Today's poem is by S. Beth Bishop


The air is dry and full of spark. This house
is nothing but an empty tinderbox.
I huff to the cellar with a pile of old papers,
swing the doors flat-wide and meet the seasoned
smell of dark, gnawed apple cores, thawed meat.
The fault in the cinderblock foundation grows
a half inch every year, whistles in wind,
and anything, just everything gets in—
red-feathered mother birds, their throats thick-scarred,
no songs, just screaming eggs through winter cold,
screaming them gone. Squirrels, too, insolent, fat
raccoons, and bats with sulpher eyes. The moon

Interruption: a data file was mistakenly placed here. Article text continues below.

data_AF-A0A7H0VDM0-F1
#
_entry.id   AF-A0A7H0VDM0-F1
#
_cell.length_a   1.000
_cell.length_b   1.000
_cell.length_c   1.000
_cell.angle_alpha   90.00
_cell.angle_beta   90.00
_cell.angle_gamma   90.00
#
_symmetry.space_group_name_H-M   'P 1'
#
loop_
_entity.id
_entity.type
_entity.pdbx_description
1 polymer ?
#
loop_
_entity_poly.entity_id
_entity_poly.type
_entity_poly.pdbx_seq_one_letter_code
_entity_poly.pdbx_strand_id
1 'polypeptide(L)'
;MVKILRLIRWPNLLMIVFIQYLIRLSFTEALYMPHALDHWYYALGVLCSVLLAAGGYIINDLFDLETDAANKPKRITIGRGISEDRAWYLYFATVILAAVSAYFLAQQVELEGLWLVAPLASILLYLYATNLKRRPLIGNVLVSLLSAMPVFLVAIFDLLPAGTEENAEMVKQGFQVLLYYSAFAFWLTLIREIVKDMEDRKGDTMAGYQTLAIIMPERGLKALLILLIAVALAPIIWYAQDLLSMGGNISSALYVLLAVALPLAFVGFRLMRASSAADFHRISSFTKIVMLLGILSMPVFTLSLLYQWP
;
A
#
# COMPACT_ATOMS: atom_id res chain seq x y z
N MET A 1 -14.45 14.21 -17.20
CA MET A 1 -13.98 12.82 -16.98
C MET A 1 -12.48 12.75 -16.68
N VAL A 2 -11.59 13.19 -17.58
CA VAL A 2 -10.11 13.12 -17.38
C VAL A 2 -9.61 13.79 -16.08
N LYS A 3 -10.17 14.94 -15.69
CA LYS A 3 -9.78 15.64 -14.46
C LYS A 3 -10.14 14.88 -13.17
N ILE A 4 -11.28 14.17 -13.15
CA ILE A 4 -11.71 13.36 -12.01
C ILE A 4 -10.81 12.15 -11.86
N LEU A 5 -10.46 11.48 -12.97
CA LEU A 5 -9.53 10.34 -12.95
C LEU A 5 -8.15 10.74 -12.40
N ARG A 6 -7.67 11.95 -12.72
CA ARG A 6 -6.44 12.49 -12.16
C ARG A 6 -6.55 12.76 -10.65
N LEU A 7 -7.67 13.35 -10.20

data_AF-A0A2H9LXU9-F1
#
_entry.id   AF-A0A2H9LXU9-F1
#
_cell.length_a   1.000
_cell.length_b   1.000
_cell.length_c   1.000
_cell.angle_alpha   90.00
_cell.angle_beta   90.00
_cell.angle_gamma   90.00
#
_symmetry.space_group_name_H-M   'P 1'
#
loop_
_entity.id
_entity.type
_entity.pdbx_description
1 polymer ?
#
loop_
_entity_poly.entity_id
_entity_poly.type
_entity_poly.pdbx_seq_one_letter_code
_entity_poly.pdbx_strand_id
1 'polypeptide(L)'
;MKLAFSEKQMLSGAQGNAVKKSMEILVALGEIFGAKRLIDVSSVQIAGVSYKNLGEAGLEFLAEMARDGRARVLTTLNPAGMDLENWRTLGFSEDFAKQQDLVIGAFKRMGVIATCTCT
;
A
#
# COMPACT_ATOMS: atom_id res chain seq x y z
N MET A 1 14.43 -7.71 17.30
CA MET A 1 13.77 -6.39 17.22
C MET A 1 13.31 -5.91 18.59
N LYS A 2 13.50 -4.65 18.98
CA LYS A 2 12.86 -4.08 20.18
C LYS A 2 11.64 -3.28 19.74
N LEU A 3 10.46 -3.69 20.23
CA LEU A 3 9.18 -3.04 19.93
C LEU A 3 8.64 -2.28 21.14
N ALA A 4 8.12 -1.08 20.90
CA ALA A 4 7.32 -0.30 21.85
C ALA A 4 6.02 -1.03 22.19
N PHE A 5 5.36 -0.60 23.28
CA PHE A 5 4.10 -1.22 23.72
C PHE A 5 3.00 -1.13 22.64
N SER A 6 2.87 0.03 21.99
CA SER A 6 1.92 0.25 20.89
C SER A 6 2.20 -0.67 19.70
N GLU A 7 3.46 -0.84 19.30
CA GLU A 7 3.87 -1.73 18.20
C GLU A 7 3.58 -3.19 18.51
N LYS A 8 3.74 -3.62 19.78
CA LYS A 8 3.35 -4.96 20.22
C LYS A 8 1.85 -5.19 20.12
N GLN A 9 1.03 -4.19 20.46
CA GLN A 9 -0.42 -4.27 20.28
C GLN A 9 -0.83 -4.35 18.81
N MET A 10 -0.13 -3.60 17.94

lights up the moldy pile of kindling wood
and makes a face with—for the world—the mouth
of some starved creature eating its own hands.
The threat of cracking tree limbs heavies down,
full with late fruit. The scrapes against the brick
of the house are curdled sounds, the cries of dry,
despondent apples reaching to scratch a rough
response to browning grass below. All's rotten,
gripped on branches or released, and smelling's
guilt on me. I tried but never could
pick all of them. I'd haul them off myself,
clear the ground before the frost, and scare
the crows off the roof if this old heart could stand
the friction. It's worn, wrung out, just like the rags
piling up by that old gas can behind the stove.

Copyright © 2004 S. Beth Bishop All rights reserved
from The Greensboro Review
Reprinted by Verse Daily® with permission

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